Paying more vs. consuming less: the conundrum
In an economic recession, spend more up front for a better return is probably the last thing on your mind. The logic is to think long term. Higher quality goods have lower maintenance costs, while purchasing cheaper items will result in a higher cost of ownership.
This "total cost of ownership" is based on the idea that the value of goods should be judged on its lifetime value, and not the immediate cost of purchase. In other words, the total cost of items should be evaluated by considering its cost on energy requirements and repair costs down the road.
Of course, not all of us have time to punch the numbers into our watt calculates, but take this case of expensive versus inexpensive washing machines from The Simple Dollar blog that illustrates this fine point. Energy and water savings are great things to count on, and while a more 'expensive' washing machine may not be as appealing up front, the less energy costs per cycle adds up over a number of laundry sessions.
On the other hand, it would also take an average of 15 years in order for the washing machine to "pay for itself". So considering that most people do not keep washing machines for that long, would it be worth paying double the money up front?
My personal opinion is no, but I also don't believe in either options. Instead, there is one fundamental alternative to consider:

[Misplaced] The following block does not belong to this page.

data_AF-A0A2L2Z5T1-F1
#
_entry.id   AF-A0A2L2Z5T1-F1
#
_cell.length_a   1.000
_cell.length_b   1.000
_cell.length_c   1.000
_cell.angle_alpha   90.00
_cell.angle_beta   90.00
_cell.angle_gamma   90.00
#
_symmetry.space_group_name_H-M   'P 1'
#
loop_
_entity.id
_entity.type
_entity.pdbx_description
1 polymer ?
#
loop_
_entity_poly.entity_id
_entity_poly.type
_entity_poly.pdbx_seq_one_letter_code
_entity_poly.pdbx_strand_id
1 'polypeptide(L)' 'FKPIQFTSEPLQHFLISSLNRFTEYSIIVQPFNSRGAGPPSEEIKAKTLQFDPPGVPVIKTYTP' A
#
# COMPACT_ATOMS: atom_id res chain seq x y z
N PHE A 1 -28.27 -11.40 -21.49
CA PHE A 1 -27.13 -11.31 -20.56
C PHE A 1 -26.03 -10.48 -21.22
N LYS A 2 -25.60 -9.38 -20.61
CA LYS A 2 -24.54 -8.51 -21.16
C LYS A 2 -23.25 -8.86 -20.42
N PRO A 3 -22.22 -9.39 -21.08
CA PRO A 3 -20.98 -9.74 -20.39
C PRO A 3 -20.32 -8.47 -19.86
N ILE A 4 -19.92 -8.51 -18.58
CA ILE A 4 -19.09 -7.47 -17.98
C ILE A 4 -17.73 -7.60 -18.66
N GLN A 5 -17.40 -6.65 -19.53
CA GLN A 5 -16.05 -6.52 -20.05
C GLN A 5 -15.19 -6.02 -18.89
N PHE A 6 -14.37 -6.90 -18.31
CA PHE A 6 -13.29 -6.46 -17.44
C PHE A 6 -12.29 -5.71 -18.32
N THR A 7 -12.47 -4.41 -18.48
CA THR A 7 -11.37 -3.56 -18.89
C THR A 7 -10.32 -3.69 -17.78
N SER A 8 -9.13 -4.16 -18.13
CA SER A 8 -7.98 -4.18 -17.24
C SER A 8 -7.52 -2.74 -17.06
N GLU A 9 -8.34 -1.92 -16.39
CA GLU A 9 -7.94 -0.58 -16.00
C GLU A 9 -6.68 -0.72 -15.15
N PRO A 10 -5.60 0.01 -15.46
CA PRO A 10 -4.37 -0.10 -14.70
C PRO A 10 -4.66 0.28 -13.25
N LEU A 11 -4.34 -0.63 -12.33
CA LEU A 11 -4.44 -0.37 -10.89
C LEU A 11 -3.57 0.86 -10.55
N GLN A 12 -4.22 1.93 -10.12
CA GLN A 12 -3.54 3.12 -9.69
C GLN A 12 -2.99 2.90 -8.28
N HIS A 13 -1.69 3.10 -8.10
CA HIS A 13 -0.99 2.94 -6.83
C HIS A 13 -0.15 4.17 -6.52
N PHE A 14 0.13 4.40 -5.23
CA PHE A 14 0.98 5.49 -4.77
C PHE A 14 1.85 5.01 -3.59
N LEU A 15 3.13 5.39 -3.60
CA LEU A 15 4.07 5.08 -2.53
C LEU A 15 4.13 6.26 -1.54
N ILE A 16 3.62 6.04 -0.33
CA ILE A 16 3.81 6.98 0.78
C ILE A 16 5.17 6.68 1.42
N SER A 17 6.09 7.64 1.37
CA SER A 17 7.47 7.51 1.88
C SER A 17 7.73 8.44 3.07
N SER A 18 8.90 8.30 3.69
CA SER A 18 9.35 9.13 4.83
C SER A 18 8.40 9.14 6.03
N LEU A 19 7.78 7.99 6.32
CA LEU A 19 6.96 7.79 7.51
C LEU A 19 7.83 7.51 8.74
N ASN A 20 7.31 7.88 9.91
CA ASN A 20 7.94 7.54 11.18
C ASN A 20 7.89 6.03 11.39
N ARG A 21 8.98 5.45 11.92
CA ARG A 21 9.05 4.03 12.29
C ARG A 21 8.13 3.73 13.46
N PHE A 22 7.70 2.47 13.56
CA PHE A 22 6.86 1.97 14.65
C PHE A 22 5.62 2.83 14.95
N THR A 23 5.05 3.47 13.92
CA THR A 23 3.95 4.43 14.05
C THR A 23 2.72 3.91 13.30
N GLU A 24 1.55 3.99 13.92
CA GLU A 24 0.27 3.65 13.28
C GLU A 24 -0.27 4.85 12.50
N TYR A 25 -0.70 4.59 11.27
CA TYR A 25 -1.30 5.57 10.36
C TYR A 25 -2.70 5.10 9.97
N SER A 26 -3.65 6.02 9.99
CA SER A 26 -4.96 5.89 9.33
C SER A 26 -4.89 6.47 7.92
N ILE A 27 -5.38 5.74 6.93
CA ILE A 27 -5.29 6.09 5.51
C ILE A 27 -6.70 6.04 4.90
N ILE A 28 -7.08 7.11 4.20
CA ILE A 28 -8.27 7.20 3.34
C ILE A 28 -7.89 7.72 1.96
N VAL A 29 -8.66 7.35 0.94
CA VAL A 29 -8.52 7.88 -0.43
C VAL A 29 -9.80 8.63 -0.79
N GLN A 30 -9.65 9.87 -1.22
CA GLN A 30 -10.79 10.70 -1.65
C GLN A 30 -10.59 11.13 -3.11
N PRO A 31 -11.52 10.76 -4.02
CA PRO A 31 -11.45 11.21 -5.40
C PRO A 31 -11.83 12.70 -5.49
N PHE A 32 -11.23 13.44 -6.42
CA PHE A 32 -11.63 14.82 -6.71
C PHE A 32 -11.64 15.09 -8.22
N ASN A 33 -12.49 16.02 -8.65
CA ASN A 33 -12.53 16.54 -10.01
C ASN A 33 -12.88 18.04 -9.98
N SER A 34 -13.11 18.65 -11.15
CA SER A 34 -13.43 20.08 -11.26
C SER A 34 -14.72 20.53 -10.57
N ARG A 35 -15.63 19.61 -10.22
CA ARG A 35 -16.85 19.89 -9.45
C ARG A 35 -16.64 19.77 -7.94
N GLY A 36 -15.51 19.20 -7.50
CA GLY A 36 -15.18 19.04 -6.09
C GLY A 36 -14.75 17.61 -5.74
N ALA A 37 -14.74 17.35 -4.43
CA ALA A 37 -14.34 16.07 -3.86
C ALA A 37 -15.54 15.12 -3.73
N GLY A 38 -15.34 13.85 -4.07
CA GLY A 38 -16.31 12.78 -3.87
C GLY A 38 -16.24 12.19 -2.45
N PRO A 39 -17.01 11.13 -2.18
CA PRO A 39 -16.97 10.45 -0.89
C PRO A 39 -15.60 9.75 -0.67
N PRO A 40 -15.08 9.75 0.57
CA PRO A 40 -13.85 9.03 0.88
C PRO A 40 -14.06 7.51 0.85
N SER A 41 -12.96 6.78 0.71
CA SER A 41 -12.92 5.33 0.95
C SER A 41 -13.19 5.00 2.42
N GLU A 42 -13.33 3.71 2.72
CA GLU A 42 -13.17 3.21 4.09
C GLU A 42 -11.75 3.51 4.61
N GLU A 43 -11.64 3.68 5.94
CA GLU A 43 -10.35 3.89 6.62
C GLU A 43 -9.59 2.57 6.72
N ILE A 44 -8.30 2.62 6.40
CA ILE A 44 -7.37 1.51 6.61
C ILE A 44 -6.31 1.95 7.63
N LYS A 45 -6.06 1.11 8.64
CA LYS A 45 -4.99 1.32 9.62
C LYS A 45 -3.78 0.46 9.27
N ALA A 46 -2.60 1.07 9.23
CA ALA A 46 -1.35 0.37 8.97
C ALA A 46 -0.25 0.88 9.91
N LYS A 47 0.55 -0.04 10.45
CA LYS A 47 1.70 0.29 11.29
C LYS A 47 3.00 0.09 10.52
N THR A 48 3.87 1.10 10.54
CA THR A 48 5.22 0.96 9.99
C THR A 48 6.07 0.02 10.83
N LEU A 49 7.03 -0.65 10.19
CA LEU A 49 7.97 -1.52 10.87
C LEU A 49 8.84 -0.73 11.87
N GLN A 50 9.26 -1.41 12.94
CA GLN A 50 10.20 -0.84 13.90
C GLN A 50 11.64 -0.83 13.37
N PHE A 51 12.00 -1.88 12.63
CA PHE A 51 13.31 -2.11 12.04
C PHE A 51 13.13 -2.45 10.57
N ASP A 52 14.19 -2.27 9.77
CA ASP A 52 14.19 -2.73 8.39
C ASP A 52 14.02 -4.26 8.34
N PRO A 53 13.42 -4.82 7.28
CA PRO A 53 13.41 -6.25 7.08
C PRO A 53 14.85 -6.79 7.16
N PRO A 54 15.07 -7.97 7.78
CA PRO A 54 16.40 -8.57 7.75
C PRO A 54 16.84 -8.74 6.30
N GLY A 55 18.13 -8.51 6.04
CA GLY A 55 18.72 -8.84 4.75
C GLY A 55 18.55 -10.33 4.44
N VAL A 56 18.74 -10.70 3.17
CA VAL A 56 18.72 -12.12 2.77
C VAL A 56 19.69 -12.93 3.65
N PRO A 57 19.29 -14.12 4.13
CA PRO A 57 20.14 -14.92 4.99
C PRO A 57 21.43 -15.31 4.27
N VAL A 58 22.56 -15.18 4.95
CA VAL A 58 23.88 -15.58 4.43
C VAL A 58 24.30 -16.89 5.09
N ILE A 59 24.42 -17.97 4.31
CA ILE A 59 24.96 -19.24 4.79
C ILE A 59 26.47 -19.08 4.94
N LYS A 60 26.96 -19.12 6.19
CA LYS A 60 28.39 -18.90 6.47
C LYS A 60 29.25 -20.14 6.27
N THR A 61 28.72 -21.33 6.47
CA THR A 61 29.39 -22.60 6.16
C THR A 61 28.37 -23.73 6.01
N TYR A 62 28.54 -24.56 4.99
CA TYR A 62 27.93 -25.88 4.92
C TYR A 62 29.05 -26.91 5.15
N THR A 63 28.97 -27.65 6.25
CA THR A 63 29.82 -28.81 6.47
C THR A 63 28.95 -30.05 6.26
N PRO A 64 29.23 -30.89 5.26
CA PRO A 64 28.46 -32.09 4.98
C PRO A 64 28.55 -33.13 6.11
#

Why not consume less?
There are, after all, many articles of clothing that don't require washing after just one wearing. Those trousers you're wearing right now could probably last for a couple more dress up sessions through the weekend. When you get around to washing it, you could also line dry it instead of using a dryer.
Of course, this argument doesn't apply to things like expensive HDMI cables, as there is no energy savings or lowered repair costs down the road to make up for the high price. But I'm sure if we all think about our lives right now, we can find at least one area where we consume less and still maintain our quality and costs of living. And if the end objective is to have less impact on the environment", why not switch off the laptop when you go out this evening, and instead of spending more on a hybrid vehicle, simply drive less and walk more?